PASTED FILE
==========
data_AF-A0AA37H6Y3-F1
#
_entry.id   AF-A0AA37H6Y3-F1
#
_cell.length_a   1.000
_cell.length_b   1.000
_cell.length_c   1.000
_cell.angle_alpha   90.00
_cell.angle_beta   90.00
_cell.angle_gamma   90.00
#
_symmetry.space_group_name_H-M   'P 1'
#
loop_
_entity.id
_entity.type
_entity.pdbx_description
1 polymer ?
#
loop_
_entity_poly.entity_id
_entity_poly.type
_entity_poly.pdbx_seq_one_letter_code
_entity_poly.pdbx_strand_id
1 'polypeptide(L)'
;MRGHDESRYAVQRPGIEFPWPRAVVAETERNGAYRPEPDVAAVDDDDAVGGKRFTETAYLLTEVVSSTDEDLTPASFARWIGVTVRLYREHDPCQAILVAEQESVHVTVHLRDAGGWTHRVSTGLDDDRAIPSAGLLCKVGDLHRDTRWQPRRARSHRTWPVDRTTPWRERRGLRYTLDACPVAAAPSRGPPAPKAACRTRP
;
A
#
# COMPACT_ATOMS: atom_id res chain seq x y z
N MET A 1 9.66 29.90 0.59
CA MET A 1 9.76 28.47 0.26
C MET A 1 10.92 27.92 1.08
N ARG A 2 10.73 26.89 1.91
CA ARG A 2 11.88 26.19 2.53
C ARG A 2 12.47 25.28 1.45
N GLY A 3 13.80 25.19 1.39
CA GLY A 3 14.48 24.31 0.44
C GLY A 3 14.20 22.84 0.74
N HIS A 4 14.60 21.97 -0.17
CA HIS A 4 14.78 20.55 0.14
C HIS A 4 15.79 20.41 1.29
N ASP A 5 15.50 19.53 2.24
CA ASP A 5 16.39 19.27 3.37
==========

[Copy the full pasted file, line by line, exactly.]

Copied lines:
data_AF-A0AA37H6Y3-F1
#
_entry.id   AF-A0AA37H6Y3-F1
#
_cell.length_a   1.000
_cell.length_b   1.000
_cell.length_c   1.000
_cell.angle_alpha   90.00
_cell.angle_beta   90.00
_cell.angle_gamma   90.00
#
_symmetry.space_group_name_H-M   'P 1'
#
loop_
_entity.id
_entity.type
_entity.pdbx_description
1 polymer ?
#
loop_
_entity_poly.entity_id
_entity_poly.type
_entity_poly.pdbx_seq_one_letter_code
_entity_poly.pdbx_strand_id
1 'polypeptide(L)'
;MRGHDESRYAVQRPGIEFPWPRAVVAETERNGAYRPEPDVAAVDDDDAVGGKRFTETAYLLTEVVSSTDEDLTPASFARWIGVTVRLYREHDPCQAILVAEQESVHVTVHLRDAGGWTHRVSTGLDDDRAIPSAGLLCKVGDLHRDTRWQPRRARSHRTWPVDRTTPWRERRGLRYTLDACPVAAAPSRGPPAPKAACRTRP
;
A
#
# COMPACT_ATOMS: atom_id res chain seq x y z
N MET A 1 9.66 29.90 0.59
CA MET A 1 9.76 28.47 0.26
C MET A 1 10.92 27.92 1.08
N ARG A 2 10.73 26.89 1.91
CA ARG A 2 11.88 26.19 2.53
C ARG A 2 12.47 25.28 1.45
N GLY A 3 13.80 25.19 1.39
CA GLY A 3 14.48 24.31 0.44
C GLY A 3 14.20 22.84 0.74
N HIS A 4 14.60 21.97 -0.17
CA HIS A 4 14.78 20.55 0.14
C HIS A 4 15.79 20.41 1.29
N ASP A 5 15.50 19.53 2.24
CA ASP A 5 16.39 19.27 3.37